Actually, there are pretty good indications that espionage and assassination were standard tools of statecraft. The rigid honour codes of the samurai were largely invented during the Edo period to cement loyalty to the Emperor (The Hagakure, the most famous of the samurai training documents was written in the 1700s, long after the adoption of gunpowder had transformed the Japanese military. It wasn’t so much a record of the samurai’s chivalric code, as it was a retrospective invention of a austere warrior ethic that hadn’t truly existed during the age of the warring states. Just as the Victorians (eg novelists like Walter Scott) fabricated a romanticised version of the middle ages populated by knights in shining armour, both Japanese and western historians have invented an impossibly noble version of the samurai which masks a bloody, back-stabbing reality. (Check out Inventing the Way of the Samurai: Nationalism, Internationalism, and Bushido in Modern Japan by Oleg Benesch.)
If you want direct evidence of the shenanigans that took place in early Japanese history, it’s worth investigating the shinobi (aka ninjas) who were a very real cadre of military operatives from a mountainous region of central Honshu known as the Forty Eight Waterfalls. A ninja master called Natori Masatake tried to sell the services of the shinobi to the Tokugawa Shogunate in the late 1600s by writing a document known as the Shōninki, a manual which explains in detail the skills his mercenaries had to offer. The manuscript is held at the State Library in Tokyo and details lock-picking, reconnaissance and espionage training remarkably similar to modern day special forces.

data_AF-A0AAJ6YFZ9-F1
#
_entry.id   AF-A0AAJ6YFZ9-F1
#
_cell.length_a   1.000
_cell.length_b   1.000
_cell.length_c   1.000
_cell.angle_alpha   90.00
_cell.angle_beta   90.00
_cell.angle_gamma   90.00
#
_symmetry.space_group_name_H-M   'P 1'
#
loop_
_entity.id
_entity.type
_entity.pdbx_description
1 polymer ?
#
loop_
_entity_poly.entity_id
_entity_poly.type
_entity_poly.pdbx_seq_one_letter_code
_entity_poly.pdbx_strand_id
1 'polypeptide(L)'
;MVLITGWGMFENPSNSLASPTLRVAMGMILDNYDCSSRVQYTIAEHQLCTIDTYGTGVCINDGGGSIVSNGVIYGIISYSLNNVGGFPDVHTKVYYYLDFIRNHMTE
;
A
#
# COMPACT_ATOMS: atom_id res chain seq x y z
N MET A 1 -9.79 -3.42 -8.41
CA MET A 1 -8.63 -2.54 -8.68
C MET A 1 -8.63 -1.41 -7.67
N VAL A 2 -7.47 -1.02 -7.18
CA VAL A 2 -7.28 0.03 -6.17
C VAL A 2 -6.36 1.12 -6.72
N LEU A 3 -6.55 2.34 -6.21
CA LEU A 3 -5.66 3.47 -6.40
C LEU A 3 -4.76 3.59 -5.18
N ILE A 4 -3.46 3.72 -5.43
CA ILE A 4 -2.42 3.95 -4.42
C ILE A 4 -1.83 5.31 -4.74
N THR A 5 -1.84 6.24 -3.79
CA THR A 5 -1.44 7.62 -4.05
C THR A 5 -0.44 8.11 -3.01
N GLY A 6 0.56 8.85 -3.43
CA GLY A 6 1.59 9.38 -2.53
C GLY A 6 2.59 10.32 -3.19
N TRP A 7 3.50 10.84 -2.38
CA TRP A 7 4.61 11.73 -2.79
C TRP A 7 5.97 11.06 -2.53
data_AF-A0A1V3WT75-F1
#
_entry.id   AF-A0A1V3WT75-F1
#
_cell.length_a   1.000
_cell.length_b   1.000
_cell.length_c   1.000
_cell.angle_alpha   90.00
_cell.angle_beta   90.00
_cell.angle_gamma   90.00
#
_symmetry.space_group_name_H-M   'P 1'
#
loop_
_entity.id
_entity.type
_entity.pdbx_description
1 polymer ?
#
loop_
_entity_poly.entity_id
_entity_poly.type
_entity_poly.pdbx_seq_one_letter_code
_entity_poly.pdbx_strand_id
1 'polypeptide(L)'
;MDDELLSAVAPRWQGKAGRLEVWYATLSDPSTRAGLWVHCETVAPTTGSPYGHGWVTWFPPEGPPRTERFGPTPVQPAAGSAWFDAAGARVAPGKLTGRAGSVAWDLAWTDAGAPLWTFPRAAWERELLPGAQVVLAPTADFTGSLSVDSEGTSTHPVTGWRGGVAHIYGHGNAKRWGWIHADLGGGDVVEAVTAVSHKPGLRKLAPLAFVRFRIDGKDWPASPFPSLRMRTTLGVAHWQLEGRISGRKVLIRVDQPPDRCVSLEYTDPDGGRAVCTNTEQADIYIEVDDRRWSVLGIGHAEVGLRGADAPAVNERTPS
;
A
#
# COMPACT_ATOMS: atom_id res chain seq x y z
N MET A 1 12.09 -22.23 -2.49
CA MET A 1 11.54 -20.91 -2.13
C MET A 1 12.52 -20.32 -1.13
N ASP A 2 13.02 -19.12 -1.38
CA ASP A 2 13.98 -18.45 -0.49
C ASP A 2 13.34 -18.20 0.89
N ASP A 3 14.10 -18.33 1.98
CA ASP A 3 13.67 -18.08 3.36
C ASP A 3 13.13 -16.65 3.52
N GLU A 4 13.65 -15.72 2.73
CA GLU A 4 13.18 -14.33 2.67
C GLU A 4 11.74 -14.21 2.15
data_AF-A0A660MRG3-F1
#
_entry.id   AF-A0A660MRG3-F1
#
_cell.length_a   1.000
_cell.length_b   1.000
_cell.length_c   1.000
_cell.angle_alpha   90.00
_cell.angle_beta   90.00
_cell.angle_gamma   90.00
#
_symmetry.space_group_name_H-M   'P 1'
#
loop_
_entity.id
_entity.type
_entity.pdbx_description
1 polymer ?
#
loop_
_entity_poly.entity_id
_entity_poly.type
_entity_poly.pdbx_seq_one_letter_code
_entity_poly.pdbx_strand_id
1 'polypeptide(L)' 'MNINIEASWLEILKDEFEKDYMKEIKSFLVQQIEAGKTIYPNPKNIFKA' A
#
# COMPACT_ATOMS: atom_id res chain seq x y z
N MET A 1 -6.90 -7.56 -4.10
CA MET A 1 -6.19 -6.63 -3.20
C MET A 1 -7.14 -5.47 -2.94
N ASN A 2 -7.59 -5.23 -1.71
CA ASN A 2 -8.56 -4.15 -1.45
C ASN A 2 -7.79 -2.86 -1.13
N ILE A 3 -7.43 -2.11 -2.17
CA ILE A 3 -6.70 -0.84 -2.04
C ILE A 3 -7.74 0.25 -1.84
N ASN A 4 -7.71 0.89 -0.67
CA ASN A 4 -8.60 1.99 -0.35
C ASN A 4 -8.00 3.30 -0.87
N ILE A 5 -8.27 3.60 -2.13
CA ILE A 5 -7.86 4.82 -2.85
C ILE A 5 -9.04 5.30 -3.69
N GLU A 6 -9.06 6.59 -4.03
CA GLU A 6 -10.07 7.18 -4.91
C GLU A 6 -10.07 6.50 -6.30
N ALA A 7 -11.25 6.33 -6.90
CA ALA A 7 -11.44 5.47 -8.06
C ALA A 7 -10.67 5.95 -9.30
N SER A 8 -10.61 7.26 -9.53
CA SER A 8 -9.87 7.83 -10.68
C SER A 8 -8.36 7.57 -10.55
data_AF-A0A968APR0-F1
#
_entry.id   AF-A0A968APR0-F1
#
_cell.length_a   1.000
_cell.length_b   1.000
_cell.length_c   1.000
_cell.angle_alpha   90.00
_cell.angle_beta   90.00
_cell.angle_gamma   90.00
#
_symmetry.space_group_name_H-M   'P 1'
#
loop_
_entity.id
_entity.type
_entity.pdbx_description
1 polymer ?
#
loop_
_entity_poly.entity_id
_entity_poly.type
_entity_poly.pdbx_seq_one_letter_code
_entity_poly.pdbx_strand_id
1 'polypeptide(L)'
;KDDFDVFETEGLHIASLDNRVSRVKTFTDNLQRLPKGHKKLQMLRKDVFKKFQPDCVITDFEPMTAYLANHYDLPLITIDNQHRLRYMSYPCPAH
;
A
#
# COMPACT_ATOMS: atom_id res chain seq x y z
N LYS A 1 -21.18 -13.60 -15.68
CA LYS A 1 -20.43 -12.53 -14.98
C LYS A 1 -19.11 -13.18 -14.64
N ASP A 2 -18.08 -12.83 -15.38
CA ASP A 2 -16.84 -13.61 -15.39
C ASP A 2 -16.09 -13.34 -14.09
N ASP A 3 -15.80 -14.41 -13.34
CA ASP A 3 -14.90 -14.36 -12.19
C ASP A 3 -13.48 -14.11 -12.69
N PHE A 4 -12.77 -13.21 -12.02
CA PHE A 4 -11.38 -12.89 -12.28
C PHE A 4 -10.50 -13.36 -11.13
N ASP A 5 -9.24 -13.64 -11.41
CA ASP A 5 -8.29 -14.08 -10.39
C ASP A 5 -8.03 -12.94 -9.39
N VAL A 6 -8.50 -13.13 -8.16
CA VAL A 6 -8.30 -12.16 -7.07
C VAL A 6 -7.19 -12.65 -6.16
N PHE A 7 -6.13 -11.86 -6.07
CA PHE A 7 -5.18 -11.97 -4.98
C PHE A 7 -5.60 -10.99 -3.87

6) Commander Raku goes through some particularly grisly sufferings. Was there any reason you put the character through these ordeals?
7) Were there any plot elements or characters that were cut out of the final manuscript?
I flirted with the idea of having a hero of western origin be our proxy, a person who wouldn’t understand Japan and would have to have every aspect explained to him. But in the end I decided to keep the story purely Japanese.
8) Who is your favorite character and why?
The heroine. Everyone loves a plucky underdog.
9) Given the foreign characters and the Sengoku Era being a relatively unknown time in history (in the West at least) as it difficult to find a publisher for Winter Raven?
Yes. Given the number of novels set in Roman, Viking and Napoleonic times I was surprised how reluctant publishers were to embrace the samurai era.
10) What are you working on currently?
Planning samurai novel number three.
US readers can order Winter Raven on the American Amazon page.
UK readers can order Winter Raven on the British Amazon page.
Canadian readers can order the book on the Canadian Amazon page.
Australian readers can order it from the Australian Amazon page.